The Black BradmanMartin Chandler |
For many years George Headley was third in the list of names of those with the highest batting averages, an all but meaningless 0.14 of a run behind Graeme Pollock. For now though Chetashwar Pujara has eased Headley out of the medal positions, as did Mike Hussey a few years ago, but as on that occasion I suspect that the great Jamaican, appropriately nicknamed “Atlas”, will be reinstated in the not too distant future.
Time treats the reputations of some players better than others, and Headley is a man whose stature seems to increase with every passing year, and his name is often thrown into the ring very early on when cricket talk turns to the subject of the game’s all time greats. The question that prompted me to write this feature, given that I have always been conscious of the fact that in a significant number of his Tests he did not face the best England attack available, is whether Headley was indeed “The Black Bradman”, or whether history treats a very fine batsman with just a little too much respect.
One of the better known pieces of cricketing trivia is that Headley is the only Test cricketer to have been born in Panama, and indeed up until he was ten years of age his native language was Spanish. His mother and father were however West Indian, Jamaican and Barbadian respectively. Headley senior worked on the construction of the Panama Canal, and when that was completed in 1914 the family moved on to Cuba.
It was 1919, by which time he was 10, that Headley went to live with his mother’s sister-in-law in Jamaica, so that he could go to an English speaking school. It was there that he was introduced to cricket, although he excelled at all the sports he tried, including baseball.
Despite his aptitude for the game the fact that Headley went on to enjoy the career he did is, effectively, down to clerical error. In early 1928 he was due to travel to the USA to join his parents, an opportunity to study dentistry having been set up for him. Had his papers arrived from Panama in a timely fashion he might never have played a First Class match, but they were late, so he was able to play for Jamaica in three matches in February against a side that former England captain Lionel Tennyson brought to the Caribbean. In those fixtures the 18 year old Headley scored 409 runs at 81.80, including one innings of 211, and thoughts of the USA and dentistry were abandoned.
One of the matters of regret in the career of Headley is that a man who had already clearly indicated that he was destined for great things was not then taken to England for the inaugural Test series between England and West Indies in 1928. The reason given at the time was that he was too young, although given the way that cricket in the Caribbean was organised in those far off days it might just as easily have been for political reasons – the selection of 17 year old Derek Sealy for the return series in 1929/30 certainly casts some doubt on the “age” point.
Had Headley travelled in 1928 he would surely have found his way into the Test side, and been able to test himself against one of the greatest of all fast bowlers, the Notts Express Harold Larwood, as well as the great medium pacer Maurice Tate. As it was by the time Headley did get to England in 1933 Larwood’s Test career was over, and Tate was a veteran, and no longer in the England side. I would not seek to suggest that Headley might have changed the course of that 1928 series, but it must surely be the case that England would not have secured an innings victory in each of the three Tests had they had him to deal with.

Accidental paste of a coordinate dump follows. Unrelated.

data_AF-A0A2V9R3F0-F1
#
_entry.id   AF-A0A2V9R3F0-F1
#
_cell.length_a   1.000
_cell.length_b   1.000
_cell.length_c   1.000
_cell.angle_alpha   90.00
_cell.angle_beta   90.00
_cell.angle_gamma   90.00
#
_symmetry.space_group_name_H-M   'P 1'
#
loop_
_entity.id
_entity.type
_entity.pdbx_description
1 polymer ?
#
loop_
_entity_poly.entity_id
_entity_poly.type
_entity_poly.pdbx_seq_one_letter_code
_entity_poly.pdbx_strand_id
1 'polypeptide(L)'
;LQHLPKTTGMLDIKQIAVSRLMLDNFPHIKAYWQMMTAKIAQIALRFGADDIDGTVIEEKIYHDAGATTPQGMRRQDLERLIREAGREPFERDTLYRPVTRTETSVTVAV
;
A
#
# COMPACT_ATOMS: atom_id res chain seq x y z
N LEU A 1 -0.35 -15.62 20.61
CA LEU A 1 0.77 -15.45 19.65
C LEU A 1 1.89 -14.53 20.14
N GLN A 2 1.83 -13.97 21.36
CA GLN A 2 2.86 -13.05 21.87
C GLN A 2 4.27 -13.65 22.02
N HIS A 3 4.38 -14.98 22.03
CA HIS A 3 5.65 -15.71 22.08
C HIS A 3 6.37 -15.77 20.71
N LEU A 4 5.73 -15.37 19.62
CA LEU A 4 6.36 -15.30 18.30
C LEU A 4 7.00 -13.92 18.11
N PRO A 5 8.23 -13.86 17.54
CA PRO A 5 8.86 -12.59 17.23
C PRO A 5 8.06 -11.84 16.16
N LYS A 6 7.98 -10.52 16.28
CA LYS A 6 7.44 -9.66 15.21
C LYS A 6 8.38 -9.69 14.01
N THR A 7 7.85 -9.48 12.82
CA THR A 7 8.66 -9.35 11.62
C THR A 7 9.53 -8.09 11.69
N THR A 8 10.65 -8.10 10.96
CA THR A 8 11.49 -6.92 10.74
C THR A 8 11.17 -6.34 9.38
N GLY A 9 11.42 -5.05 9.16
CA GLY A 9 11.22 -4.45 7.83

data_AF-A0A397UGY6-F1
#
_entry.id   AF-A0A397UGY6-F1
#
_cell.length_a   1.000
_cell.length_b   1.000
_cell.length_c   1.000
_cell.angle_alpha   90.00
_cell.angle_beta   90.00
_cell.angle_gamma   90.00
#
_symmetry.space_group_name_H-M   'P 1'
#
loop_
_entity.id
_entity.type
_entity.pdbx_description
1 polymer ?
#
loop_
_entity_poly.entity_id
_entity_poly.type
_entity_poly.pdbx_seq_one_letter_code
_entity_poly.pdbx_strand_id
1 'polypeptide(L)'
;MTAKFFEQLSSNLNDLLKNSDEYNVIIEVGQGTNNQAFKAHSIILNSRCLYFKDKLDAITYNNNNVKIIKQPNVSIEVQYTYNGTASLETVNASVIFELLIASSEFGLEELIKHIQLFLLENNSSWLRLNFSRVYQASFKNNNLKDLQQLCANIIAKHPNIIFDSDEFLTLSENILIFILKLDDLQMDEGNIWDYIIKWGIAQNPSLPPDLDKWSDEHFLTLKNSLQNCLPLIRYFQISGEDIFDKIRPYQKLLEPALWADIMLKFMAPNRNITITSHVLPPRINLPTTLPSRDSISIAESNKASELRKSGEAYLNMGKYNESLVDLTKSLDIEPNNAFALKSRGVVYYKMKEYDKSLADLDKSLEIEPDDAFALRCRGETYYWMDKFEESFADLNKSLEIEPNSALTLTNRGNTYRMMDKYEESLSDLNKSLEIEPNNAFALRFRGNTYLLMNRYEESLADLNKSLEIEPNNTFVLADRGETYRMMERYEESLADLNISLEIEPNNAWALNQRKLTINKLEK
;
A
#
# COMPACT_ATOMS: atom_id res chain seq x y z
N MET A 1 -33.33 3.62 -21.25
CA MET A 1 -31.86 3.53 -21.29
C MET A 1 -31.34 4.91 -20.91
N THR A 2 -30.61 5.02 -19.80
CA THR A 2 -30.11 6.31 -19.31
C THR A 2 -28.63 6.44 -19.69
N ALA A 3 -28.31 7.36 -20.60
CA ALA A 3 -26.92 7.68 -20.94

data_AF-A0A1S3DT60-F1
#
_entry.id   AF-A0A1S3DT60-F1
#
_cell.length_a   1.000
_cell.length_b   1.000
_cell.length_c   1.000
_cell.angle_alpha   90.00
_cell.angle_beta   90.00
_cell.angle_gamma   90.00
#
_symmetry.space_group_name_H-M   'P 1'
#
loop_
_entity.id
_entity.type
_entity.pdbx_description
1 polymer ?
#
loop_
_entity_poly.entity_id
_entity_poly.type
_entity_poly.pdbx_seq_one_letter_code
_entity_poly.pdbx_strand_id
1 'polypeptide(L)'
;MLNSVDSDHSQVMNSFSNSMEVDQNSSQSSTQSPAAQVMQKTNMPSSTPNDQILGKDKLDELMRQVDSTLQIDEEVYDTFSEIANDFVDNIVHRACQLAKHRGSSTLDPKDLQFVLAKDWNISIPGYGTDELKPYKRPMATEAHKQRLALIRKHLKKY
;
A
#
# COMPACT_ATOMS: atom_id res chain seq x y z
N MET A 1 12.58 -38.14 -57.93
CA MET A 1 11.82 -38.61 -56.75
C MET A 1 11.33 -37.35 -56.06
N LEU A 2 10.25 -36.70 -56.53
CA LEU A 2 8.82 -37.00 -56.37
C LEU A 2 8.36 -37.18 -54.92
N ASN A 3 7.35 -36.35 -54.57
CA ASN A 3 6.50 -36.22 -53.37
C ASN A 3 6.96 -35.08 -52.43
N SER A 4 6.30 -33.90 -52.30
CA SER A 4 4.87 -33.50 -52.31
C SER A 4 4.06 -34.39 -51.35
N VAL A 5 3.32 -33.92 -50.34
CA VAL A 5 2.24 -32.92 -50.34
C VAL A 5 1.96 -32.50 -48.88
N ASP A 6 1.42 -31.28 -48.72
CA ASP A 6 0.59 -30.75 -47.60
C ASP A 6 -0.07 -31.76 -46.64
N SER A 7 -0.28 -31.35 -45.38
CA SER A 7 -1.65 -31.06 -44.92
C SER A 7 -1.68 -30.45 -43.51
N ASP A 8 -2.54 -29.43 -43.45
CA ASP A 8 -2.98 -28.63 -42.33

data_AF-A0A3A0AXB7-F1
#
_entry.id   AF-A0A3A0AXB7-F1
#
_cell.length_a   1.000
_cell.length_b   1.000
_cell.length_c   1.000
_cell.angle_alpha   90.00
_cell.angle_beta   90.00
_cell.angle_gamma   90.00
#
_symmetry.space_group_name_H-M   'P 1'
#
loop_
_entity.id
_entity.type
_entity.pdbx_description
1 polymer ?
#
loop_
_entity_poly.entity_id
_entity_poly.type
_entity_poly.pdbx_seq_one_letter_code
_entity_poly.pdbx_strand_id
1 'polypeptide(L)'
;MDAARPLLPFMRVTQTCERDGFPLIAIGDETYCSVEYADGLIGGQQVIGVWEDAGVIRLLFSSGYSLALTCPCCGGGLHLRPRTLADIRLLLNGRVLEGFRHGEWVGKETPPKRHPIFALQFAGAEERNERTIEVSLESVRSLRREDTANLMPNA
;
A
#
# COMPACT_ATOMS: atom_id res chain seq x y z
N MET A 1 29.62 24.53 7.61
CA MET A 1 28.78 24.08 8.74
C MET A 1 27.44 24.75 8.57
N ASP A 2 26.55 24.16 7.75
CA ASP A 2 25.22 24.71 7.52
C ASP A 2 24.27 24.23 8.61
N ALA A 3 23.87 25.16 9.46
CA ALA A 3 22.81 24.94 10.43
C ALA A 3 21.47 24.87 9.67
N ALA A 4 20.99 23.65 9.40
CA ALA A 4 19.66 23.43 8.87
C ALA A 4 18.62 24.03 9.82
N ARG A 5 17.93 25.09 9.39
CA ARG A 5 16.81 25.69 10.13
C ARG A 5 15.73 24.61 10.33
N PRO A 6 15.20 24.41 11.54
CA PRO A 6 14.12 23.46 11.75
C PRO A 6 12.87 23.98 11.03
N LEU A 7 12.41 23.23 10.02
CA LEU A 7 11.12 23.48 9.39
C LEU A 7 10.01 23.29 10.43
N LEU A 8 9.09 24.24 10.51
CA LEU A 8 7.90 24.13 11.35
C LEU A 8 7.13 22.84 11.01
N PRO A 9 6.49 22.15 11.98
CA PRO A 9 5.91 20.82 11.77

By the time the return series was played in 1929/30 Headley was into his third season as a First Class cricketer, and he played in all four Tests. He scored a century on debut, twin centuries in the third match, and 223 in the fourth and final Test to give him an aggregate of 703 runs, at an average of 87.87. Even the mighty Bradman had not done that well in his first Test series and, had Headley not failed twice in the second Test on the unfamiliar mat at Queen’s Park in Trinidad, a 100+ average was there for the taking.
The problem that we have though is that were the 1929/30 series played today the matches would certainly not have been given Test status. Firstly England had another team, in New Zealand, playing Test cricket at the same time. The team in the Caribbean was certainly stronger than that in New Zealand, but was nowhere near the full strength of England. Of those who had gone to Australia with Percy Chapman twelve months previously only 40 year old Patsy Hendren went to the Caribbean, and only he (twice) and Bob Wyatt (once) appeared against the Australians in 1930.
The England attack that Headley faced was therefore some way off the best England could put in the field. It was led by left arm quick Bill Voce, then 20, who did go on to prove himself a class act. Voce’s new ball partner was the 42 year old Middlesex amateur Nigel Haig, whose only previous Test experience was one match against the 1921 Australians. Haig did pretty well in the Caribbean, but was never going to provide a severe examination for a top class batsman. There was a great left arm spinner in the England side, but Wilfred Rhodes was 52 and understandably past his prime. Another Middlesx amateur, Greville Stevens, was the England leg spinner, and he took five wickets in each innings of the first Test, but the second match marked the end of his Test career. The other main bowler was Leicestershire all-rounder Ewart Astill who was 42 by the end of the series. Astill was an off spinner, who was at times close to medium pace, and while his record in his 9 Tests is by no means a bad one, he was never selected to play against Australia.
A year later Headley was part of the first West Indian touring party to visit Australia. It was a chastening experience for the visitors in many ways as the home side secured four big wins in the first four Tests before, thanks to a bit of luck with the weather, some excellent batting from Headley and Frank Martin, and a brave declaration, the final Test was won. Headley, playing against the full strength of Australia scored 336 runs at 37.33 which are not the figures of an all time great. That said not too much should be read into the bare statistics. These were new conditions for Headley, and a new attitude amongst the opposition. The Australian spinners quickly worked out that the way to deal with Headley was to bowl at his legs, and as a result he had a torrid time after a good start to the tour. It was much to his credit that he managed to adjust his game in time to record a century in the third Test, and then to play that match-winning innings in the last.